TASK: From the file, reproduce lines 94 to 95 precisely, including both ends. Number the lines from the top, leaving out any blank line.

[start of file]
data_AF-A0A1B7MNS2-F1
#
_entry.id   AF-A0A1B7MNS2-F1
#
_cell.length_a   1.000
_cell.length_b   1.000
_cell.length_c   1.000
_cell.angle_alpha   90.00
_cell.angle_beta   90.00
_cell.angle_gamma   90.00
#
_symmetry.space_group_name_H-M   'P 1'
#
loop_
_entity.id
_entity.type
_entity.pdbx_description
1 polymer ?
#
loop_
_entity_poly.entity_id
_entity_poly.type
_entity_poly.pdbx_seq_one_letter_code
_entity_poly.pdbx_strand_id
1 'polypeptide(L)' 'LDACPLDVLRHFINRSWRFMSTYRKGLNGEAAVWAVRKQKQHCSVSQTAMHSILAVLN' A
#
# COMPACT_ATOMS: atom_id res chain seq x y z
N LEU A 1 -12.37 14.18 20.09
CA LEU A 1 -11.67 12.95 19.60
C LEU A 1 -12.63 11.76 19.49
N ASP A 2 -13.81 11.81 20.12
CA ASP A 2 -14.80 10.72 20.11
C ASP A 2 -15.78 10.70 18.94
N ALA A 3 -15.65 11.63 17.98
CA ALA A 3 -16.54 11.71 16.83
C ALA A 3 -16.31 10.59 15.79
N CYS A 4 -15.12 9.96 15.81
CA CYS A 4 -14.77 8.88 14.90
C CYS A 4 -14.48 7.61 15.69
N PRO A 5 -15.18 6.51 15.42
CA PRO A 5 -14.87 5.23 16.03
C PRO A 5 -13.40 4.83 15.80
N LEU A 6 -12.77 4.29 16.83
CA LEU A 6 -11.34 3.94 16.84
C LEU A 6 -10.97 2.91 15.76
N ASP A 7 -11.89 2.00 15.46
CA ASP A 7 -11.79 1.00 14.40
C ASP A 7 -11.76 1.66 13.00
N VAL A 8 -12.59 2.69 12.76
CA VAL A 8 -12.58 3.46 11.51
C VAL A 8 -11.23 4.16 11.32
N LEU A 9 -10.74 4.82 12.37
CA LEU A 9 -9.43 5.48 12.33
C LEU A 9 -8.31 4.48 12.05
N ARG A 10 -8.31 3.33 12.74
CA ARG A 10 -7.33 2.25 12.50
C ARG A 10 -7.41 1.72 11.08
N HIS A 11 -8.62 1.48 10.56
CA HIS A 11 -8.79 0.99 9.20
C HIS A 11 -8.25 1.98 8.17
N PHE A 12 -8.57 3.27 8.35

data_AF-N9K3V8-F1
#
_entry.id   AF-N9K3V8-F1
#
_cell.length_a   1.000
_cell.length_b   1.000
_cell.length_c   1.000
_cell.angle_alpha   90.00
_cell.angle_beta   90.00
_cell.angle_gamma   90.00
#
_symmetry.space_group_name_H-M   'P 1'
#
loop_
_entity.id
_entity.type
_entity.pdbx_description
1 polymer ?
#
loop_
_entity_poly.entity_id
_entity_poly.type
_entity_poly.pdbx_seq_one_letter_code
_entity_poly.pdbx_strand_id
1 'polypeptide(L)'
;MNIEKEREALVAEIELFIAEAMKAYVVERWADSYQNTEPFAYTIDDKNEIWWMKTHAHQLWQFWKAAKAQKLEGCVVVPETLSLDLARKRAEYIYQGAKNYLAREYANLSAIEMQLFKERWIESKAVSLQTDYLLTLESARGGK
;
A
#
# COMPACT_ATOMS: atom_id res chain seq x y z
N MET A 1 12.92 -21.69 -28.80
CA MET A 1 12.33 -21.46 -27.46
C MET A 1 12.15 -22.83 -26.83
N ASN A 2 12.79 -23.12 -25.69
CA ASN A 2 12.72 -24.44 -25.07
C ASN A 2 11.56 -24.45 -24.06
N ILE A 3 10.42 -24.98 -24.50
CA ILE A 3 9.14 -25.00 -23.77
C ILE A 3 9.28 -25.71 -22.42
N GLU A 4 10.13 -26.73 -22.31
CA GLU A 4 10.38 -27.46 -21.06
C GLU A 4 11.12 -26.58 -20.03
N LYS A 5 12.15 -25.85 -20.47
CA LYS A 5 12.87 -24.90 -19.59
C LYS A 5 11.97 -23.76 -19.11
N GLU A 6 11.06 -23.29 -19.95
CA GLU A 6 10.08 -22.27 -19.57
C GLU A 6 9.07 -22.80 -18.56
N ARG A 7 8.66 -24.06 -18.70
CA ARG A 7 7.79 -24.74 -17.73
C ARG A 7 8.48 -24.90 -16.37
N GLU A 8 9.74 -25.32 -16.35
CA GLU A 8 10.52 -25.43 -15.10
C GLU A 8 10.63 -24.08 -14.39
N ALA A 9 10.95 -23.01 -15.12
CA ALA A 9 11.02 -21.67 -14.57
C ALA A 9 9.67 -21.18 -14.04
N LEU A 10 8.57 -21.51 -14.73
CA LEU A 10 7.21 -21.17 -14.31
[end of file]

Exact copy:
C MET A 1 12.15 -22.83 -26.83
N ASN A 2 12.79 -23.12 -25.69